Analysis details:We analyse rolling returns for 1, 2, 3 & 5 year periods through these 13 years. The analysis period results in 3,067 observations of1 year, 2,773 of 2 year 2,480 of 3 year and 1961 of 5 year rolling returns. For each of these investment avenues (Equity, Bonds, Gold and the Hybrid strategy), we ascertain median, maximum and minimum returns generated for each rolling return periods. In addition, we ascertain the number of observations in which each of these options have generated negative returns, in number as well as a percentage of total observations. We also ascertain the standard deviation of the returns generated by each investment option for each rolling time period as a representation of the volatility of these returns. We finally arrive at the risk adjusted returns for each combination by dividing the median return by the standard deviation.
Analysis outcomes:With Gold allocation capped at 20%, the proportion of the other asset classes is driven by the returns and risk adjusted returns. The allocation that results in an extremely satisfactory empirical outcome is as follows,
The return and risk adjusted return outcomes generated by this strategy over a 1 year rolling return period are as follows,
One can see from the above table that the median returns generated by the hybrid strategy are more than twice that of a pure bond portfolio. But while the maximum returns are also significantly higher, the minimum return is also lower over this short period of time. What is remarkable is the fact that the probability of loss is reduced significantly. As one can see from the table above, investments in equity generate negative returns more than 18.5% of the time, Gold generates negative returns more than 18% of the time and even a pure bond strategy generatesnegative returns more than 8% of the time. The hybrid strategy, which is essentially a combination of the three, in comparison, generates negative returns just 4.14% of the time. This brings out the risk mitigating nature of the hybrid strategy in full; that a combination of 3 risks can actually be lower than each of them individually. Therefore, it is small wonder that the risk adjusted returns of the hybrid strategy are better than all the individual asset classes, including bonds.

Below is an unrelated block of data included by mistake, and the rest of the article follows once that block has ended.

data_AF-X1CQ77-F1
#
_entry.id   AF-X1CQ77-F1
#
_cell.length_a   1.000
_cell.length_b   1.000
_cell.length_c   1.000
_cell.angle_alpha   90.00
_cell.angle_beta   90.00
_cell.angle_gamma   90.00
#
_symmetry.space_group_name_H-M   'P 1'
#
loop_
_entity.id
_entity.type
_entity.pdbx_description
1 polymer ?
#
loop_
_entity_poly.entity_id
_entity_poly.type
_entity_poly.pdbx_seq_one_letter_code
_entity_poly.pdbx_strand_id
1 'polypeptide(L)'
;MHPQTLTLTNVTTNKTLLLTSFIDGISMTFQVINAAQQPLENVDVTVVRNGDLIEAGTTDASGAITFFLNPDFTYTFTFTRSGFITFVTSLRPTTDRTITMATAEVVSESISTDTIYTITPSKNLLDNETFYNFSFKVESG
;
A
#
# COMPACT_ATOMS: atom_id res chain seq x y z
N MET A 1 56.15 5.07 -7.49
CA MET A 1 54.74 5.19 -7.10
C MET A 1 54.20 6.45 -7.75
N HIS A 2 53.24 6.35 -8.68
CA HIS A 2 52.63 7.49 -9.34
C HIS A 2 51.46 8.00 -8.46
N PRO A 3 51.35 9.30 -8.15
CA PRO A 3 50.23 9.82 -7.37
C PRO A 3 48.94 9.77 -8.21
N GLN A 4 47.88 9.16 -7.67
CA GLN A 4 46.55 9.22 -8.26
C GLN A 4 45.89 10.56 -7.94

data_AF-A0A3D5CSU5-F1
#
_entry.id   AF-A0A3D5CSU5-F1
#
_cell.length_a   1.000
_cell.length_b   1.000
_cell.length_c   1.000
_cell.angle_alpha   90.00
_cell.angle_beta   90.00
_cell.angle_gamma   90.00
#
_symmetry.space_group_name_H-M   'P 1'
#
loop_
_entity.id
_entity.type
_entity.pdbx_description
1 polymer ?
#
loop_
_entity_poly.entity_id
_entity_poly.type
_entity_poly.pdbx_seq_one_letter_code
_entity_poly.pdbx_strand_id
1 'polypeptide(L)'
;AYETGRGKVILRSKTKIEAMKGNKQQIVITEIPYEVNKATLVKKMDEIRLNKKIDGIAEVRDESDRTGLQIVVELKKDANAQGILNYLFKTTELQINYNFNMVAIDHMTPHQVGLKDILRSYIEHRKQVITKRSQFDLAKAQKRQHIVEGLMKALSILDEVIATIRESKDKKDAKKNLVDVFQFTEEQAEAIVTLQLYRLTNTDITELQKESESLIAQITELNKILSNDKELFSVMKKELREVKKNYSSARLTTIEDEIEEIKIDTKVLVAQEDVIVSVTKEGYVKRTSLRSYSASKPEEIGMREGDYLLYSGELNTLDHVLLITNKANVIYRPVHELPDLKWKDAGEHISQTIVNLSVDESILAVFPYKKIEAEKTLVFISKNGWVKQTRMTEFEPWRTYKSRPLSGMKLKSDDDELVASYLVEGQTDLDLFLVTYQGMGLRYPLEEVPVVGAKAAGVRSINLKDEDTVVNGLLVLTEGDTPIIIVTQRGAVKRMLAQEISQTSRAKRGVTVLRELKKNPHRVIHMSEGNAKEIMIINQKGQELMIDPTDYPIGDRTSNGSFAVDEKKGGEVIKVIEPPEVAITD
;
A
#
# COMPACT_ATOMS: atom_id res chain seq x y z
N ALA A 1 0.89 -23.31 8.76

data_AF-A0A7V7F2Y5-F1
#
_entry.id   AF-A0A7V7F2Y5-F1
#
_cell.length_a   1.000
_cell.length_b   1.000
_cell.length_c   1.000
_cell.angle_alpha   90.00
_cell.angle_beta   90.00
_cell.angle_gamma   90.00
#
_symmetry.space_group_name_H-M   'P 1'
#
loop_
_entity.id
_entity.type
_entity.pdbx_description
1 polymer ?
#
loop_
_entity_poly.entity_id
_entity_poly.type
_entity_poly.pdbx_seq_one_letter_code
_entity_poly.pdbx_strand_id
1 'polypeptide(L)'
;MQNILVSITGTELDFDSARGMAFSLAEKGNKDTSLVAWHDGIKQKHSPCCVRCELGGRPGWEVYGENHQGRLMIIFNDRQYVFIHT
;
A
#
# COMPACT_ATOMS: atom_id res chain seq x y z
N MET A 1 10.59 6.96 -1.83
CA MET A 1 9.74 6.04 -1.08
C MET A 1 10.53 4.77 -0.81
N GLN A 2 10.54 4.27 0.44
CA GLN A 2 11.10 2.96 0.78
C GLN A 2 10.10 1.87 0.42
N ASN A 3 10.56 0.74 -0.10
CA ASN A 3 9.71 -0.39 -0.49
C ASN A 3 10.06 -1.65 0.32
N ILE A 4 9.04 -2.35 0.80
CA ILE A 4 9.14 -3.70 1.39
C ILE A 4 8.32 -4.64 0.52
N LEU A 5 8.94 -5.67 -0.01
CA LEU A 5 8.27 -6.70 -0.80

The fact that this sharp reduction in risk and increase in risk adjusted return are visible over a relatively short period may give rise to doubts that the attempt to introduce counteracting risks may hurt returns over longer periods. However, gains not only continue to accrue over longer time periods, they are considerably enhanced. The outcomes for 2, 3 and 5 year rolling return periods are as follows,
One can see from the above tables that while both median and maximum returns for the hybrid strategy would have been double that of a pure bond strategy, the minimum return is even more enhanced in all periods. Also, since return volatility falls sharply as the time period grows, the hybrid strategy delivered significantly higher risk adjusted returns as well.
Conclusion: While in certain market conditions Gold may not excite the imagination as an investment option, going by empirical evidence it has a meaningful role to play as a risk management tool. Our analysis which covers 13 years of historical data indicates that the inclusion of Gold in a portfolio reduces portfolio risk and enhances risk adjusted returns substantially.